This is what the EU has done and it what the US is currently doing. Two billion permits a year created in Europe, around five billion in the US. What’s to stop China issuing itself a few billion too? And by taking control in this way it can choose its own ‘thresholds’. The EU saw fit to allow a growth target for most of its industry despite the fact that it
houses some of the least efficient installations in the world.

Of course this sort of race to the bottom is very dangerous and I am not seriously advocating it. What I am trying to get across is that
the EU and US may think they occupy a moral high ground from which they can dictate to other countries, but the facts just don’t support this. It’s no good introducing a cap if it is so loose as to be meaningless. And who gave the US – a country which, for a decade, turned its back on international efforts to tackle the problem – the right to decide now how much pollution it can continue to pour into the atmosphere?

The UN should clearly have a much stronger role in choking off the supply of greenhouse gas pollutants. Leave it to domestic Governments and their private sectors and you will get business as usual masquerading as effort. If China really wanted to stir things up she should announce a cap and trade scheme – and propose to issue 10 billion tonnes of permits without consulting the rest of the world. Then it can sit back and watch the condemnations fly, about how irresponsible they are being, how this will wreck
the global effort to take action and the market. Perhaps then the extent to which the west is currently mis-using emissions trading policy will sink in. It’s time for a reality check.

strong>Footnote: Those of you who bother to read all the blogs from Carbon Expo may notice something of a u- turn in my attitude towards the US’s proposed legislation. I should explain – the whole package of measures in the Waxman- Markey Bill is still I believe a remarkable piece of draft legislation. It doesn’t just focus on emissions trading but introduces many other policies that will more directly affect emissions: regulatory standards, energy efficiency measures, renewable targets, CCS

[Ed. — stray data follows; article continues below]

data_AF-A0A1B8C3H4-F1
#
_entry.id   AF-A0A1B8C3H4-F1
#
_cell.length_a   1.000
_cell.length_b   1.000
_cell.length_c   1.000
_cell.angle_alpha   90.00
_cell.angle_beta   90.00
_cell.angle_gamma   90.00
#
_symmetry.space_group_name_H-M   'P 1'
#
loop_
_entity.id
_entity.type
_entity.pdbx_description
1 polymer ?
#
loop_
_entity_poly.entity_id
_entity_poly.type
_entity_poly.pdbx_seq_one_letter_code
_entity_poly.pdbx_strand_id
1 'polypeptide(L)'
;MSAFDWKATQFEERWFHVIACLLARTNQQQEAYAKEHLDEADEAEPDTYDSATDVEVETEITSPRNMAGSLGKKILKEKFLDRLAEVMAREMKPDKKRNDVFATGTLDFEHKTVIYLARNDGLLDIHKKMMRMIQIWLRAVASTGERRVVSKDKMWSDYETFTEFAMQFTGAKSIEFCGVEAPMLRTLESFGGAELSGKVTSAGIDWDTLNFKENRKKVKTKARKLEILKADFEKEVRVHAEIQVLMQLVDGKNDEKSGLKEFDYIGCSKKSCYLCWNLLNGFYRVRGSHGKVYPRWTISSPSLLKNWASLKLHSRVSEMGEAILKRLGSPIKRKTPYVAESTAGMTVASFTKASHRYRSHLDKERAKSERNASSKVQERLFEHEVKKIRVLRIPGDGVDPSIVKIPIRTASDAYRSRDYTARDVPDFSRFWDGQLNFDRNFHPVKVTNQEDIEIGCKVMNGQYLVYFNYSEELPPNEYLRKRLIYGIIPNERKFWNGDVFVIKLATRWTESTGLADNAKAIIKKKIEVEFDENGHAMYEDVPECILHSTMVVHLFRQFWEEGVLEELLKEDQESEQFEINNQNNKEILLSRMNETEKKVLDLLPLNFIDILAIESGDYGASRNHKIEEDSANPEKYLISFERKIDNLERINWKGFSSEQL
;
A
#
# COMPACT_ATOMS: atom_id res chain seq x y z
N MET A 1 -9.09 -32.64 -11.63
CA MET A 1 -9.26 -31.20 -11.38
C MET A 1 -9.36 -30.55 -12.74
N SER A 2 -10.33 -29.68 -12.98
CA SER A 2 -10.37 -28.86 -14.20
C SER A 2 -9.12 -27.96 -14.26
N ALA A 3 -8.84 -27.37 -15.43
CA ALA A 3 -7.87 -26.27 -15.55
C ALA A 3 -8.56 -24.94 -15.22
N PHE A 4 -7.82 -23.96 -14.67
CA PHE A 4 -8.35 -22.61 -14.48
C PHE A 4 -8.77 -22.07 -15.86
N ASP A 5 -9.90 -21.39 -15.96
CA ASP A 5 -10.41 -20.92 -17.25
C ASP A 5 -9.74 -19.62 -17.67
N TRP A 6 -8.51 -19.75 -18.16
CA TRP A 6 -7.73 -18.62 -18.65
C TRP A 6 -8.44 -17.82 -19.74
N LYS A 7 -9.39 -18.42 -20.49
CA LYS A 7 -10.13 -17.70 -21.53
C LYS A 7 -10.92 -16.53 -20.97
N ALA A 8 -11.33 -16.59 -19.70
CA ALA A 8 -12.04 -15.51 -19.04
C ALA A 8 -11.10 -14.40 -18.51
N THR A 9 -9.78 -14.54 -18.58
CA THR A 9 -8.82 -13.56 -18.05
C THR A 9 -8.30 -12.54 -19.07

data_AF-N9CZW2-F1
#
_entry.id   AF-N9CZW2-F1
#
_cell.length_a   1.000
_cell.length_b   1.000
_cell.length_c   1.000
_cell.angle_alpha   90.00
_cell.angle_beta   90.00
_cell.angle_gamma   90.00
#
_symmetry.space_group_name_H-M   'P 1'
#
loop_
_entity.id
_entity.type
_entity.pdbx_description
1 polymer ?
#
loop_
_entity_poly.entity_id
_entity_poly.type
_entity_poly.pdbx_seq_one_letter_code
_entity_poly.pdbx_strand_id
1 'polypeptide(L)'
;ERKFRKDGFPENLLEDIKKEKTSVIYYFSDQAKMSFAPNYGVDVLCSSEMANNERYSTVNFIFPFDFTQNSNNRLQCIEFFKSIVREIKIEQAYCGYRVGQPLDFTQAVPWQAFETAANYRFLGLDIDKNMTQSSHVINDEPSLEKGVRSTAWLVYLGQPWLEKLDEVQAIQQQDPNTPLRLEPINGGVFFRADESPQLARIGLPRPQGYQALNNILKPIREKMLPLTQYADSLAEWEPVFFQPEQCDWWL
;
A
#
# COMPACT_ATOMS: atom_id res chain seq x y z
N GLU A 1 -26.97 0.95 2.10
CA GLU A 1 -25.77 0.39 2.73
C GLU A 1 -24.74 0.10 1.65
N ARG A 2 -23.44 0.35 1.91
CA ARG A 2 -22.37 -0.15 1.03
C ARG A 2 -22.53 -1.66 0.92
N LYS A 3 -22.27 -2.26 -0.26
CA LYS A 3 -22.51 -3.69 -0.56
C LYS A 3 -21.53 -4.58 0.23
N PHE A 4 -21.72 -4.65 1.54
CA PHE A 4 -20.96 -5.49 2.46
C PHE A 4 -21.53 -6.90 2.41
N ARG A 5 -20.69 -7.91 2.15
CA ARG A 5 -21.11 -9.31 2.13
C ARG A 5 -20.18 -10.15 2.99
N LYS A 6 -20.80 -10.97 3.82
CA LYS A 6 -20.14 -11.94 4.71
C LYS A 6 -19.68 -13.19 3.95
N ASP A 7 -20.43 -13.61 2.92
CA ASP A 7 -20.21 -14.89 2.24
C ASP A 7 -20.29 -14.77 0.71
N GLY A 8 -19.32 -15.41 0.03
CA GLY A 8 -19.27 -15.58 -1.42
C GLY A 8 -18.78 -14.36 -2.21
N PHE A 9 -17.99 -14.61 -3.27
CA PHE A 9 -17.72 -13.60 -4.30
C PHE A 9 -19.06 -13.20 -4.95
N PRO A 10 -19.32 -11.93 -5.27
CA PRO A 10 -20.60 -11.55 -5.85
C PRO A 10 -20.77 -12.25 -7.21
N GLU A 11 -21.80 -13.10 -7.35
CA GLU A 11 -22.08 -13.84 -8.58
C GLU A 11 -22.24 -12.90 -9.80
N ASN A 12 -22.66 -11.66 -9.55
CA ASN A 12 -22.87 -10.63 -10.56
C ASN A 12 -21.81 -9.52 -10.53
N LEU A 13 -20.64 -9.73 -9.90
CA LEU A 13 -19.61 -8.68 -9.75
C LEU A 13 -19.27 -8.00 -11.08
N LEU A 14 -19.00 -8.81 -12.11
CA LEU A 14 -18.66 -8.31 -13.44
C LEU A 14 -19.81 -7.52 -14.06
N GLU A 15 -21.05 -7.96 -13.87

support, vehicle efficiency standards – it’s all there.

The one major failing is the level of the cap in the trading scheme. And, as it is this that will dictate the future levels of pollution, it is a big, big failure. I also
learned this week the real reason why the politically impossible seems all of sudden now to be possible. It is not just down to the magic Obama effect. Thanks to a recent Supreme Court ruling the US Environmental Protection Agency already has the legal power to introduce regulations to curb greenhouse gases
under the Clean Air Act. They can set up a cap and trade scheme for stationary sources of carbon dioxide any time they wish, without asking for any further permissions from the Senate or anyone. This is what is focusing minds on Capitol Hill. Knowing this, there really is no excuse for such a paltry target for 2020.